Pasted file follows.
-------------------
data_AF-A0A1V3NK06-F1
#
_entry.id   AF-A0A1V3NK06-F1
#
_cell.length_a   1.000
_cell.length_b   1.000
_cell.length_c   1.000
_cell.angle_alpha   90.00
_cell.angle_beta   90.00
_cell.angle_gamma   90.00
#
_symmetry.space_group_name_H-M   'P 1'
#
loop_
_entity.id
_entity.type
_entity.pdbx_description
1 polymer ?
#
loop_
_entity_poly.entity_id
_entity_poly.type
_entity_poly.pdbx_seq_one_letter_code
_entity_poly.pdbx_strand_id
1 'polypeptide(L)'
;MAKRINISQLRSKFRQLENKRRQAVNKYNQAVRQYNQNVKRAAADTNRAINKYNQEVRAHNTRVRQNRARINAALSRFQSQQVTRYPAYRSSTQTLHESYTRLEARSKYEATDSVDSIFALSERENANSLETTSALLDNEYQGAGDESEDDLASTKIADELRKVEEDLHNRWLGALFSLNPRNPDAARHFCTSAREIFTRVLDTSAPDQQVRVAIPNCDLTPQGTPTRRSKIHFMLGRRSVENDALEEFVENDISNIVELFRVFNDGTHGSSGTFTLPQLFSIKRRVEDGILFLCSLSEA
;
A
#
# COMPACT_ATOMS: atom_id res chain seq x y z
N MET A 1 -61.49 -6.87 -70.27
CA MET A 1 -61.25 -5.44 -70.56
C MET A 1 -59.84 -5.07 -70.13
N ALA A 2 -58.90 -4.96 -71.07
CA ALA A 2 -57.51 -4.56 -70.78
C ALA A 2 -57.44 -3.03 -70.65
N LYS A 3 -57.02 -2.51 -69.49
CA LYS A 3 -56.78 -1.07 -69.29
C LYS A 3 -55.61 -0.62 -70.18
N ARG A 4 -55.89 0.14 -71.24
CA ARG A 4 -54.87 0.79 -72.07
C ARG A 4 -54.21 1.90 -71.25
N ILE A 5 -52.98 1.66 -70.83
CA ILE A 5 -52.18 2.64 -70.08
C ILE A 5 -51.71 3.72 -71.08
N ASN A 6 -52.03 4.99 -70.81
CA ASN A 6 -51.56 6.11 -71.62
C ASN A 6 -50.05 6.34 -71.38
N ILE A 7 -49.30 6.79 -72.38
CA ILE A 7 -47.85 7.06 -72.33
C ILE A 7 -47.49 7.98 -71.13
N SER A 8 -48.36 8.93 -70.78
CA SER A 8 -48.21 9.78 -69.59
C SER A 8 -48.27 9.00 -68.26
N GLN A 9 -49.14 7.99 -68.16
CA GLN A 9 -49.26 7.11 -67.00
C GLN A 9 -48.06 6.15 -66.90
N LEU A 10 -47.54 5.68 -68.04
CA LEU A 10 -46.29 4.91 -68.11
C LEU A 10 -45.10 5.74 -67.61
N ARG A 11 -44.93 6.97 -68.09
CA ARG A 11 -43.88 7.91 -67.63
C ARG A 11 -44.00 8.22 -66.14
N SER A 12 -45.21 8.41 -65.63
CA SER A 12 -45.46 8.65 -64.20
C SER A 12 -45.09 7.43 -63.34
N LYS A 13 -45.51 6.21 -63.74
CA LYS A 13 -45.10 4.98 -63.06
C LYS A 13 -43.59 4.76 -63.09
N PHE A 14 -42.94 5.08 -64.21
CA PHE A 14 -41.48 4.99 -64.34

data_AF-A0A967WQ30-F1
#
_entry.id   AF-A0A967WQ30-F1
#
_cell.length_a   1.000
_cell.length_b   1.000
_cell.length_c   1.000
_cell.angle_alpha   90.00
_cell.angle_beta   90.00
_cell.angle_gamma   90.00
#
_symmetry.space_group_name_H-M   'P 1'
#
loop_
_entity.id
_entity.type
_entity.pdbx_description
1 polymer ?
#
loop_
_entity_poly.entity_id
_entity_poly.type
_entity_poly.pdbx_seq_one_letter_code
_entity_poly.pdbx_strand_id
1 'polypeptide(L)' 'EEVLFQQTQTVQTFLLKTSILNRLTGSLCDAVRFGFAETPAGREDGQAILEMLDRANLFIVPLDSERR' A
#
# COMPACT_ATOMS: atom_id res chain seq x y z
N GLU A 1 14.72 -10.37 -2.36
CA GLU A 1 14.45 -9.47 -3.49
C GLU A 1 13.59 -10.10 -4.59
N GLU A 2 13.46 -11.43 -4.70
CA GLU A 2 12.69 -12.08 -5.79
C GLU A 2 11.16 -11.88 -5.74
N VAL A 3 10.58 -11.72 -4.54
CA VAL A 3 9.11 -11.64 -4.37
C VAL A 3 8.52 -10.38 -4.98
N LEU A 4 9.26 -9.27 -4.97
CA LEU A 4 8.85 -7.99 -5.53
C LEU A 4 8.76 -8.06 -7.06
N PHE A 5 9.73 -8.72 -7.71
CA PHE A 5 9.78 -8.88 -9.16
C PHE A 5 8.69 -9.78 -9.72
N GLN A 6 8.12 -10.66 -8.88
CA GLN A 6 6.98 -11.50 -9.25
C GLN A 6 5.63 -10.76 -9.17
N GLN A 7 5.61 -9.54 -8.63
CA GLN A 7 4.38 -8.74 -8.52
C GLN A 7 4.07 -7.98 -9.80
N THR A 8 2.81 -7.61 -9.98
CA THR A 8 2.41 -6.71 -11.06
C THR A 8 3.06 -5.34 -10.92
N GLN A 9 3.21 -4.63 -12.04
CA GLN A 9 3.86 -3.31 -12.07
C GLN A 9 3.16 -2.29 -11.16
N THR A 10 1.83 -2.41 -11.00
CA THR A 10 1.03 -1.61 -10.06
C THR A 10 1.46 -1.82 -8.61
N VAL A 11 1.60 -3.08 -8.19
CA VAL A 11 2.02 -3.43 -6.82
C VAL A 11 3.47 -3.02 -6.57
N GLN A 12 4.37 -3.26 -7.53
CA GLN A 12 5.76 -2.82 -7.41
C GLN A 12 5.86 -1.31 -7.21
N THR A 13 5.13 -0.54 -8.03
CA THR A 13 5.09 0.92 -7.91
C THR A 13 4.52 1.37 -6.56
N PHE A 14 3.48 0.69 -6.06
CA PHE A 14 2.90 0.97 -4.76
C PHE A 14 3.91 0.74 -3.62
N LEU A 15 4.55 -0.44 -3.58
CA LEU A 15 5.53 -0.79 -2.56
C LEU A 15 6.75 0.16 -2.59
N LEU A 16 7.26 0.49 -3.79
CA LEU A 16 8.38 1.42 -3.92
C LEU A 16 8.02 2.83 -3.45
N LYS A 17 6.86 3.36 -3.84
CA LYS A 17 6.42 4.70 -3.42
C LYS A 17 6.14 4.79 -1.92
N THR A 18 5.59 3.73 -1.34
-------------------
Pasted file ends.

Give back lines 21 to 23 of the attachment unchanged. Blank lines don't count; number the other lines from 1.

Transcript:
_entity_poly.entity_id
_entity_poly.type
_entity_poly.pdbx_seq_one_letter_code